Bicycles and the Human Figure: Do We Look Better on a Bike?
I have never drawn or painted bicycles before, but am now starting a commissioned painting that will include two female cyclists - so I've been making figure drawings and sketches of people on bikes. It has been interesting to study the postures our bodies adapt while cycling - and especially interesting to note the inherent attractiveness of those postures.
waist-to-hip ratio - which, according to evolutionary psychology, is the greatest implicit indicator of "femaleness" to the male.
attractiveness, for both genders (researchers believe that long legs may have been indicators of hereditary longevity).
advantage for males. The added height also makes the cyclist more noticeable, regardless of gender - placing their body on a moving pedestal of sorts.
Of course, these things aren't simple formulas and there are many factors to consider in addition to the evolutionarily built-in heterosexual responses to each other's bodies. But generally speaking, there is a great deal of evidence that our postures and body language implicitly communicate sexual appeal and social roles to others. Maybe "you look better on a bike" is not just a catch phrase!
One thing my cycling sketches have taught me, is that drawing the human figure on a bicycle is not easy - which makes it especially admirable that Mr. Rick Smith is able to do it nearly every single day with his comic Yehuda Moon and the Kickstand Cyclery!
As you may have heard, the folks at the Kickstand are having a Virtual Alleycat Race, powered by cycllelicious. If you are taking part, then you have arrived at the Lovely Bicycle checkpoint. You are probably looking for the link to the next checkpoint, but hang on - you're not getting it yet!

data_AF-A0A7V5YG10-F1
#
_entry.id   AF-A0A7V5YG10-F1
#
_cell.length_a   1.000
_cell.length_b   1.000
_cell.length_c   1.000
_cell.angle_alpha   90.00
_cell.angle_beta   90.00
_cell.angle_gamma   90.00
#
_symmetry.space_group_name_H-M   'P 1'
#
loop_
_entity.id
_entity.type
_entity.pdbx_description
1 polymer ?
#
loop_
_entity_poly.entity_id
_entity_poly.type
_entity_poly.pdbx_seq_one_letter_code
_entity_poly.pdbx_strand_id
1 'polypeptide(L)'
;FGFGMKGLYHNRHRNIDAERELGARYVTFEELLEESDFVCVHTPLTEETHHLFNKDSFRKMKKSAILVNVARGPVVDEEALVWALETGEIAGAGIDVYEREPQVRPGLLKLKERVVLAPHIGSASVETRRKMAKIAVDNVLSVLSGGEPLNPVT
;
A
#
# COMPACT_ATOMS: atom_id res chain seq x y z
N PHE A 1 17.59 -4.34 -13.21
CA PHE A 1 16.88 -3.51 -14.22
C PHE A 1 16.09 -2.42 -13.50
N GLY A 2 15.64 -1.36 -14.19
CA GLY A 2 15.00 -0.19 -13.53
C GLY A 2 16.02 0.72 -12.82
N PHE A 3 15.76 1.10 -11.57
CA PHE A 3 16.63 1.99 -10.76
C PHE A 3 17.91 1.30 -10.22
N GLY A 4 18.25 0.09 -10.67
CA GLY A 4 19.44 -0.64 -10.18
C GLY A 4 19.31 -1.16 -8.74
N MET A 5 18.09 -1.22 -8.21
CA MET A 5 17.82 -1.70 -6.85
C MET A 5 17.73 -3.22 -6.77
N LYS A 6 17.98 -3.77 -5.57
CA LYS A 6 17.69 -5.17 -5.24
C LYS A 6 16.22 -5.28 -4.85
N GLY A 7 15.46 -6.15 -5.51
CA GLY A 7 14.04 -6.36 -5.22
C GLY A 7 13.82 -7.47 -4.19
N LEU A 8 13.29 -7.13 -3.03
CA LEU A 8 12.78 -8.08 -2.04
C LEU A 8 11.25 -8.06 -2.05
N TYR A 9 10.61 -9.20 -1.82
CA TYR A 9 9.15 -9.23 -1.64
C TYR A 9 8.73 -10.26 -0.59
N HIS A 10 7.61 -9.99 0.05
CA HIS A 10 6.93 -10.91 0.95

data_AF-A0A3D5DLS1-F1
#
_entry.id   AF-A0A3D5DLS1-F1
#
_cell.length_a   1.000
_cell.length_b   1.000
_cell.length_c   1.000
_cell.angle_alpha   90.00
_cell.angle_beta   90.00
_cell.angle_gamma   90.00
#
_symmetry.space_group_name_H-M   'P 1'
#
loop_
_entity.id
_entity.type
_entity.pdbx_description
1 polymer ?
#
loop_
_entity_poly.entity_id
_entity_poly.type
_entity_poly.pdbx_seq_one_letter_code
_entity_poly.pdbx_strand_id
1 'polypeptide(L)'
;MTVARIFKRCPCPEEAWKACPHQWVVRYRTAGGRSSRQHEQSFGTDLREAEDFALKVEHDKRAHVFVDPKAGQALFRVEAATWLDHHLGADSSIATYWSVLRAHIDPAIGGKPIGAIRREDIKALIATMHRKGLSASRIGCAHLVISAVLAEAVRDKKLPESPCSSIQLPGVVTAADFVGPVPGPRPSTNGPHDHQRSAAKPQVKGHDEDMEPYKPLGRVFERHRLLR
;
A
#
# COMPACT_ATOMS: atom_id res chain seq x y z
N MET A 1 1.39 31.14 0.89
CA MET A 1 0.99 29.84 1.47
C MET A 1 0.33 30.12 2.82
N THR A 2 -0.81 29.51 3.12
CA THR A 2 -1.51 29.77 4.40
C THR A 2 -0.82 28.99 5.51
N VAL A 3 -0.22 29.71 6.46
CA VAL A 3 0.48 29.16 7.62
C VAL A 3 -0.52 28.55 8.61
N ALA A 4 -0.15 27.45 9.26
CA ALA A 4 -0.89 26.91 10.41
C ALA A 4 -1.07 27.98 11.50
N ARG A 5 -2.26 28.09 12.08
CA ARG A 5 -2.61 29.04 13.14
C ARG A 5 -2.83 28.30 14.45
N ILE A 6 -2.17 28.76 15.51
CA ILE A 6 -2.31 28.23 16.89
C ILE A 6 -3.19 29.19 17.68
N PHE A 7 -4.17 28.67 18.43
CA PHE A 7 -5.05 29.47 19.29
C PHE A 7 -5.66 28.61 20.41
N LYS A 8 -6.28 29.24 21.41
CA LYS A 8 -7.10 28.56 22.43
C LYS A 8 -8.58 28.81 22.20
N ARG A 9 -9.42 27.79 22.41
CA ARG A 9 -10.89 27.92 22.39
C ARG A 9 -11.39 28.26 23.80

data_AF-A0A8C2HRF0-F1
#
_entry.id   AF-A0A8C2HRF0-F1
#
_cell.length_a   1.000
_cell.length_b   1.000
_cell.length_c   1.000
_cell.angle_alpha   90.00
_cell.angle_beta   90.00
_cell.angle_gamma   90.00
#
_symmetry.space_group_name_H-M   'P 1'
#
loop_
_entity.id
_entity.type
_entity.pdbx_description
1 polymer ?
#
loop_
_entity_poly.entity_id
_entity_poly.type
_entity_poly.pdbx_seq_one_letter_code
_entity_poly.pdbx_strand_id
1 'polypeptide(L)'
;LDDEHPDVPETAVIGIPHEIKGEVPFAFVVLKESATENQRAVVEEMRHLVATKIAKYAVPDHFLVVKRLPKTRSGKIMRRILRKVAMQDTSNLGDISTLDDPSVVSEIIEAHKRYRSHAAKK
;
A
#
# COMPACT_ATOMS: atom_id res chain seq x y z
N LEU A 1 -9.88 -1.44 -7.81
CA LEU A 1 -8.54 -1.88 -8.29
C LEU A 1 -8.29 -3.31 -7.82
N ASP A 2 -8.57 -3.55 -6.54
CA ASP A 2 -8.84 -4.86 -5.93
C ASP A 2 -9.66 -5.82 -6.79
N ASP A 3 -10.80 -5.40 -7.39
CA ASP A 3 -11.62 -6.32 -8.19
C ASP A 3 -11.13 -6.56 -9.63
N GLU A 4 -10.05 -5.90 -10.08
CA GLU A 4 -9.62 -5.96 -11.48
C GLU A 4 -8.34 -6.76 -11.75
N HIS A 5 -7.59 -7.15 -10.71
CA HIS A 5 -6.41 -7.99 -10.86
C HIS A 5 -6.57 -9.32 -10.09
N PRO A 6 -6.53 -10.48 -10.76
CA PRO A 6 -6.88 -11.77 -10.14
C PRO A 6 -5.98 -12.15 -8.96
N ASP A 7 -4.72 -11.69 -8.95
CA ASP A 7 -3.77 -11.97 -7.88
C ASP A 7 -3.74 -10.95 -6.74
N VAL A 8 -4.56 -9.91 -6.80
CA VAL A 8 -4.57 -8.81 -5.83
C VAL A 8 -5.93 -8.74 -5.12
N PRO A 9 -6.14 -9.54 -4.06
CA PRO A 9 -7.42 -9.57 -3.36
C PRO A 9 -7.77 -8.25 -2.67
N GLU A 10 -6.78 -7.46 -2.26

Here is what to do:
1. To qualify for the Best Checkpoint Comment Prize, please leave a comment on this post with your name and registration number. The comment must be left between 10am Eastern Standard Time on December 6, 2010 and the same time on December 13, 2010.
2. Lovely Bicycle is having its own mini-contest as part of the Alleycat, and the winner will receive a Mystery Prize. What the mystery prize is I cannot tell you, but if you like bicycles and art you might enjoy it. To take part, tell me what you like best about the way you - or others - look on a bicycle (this does not have to be physical - be as creative or abstract as you like). Please include your name and race number, so that I can identify you! The most compelling comment will receive the Lovely Bicycle Mystery Prize. Only Alleycat racers are eligible for this contest.
3. You would like the link to the next checkpoint now, yes? You shall have it just as soon as you answer a few questions [link disabled - the Alleycat is over, thank you for taking part!].
If you haven't registered for the 2010 Kickstand Cyclery Virtual Alleycat Race yet, register here now!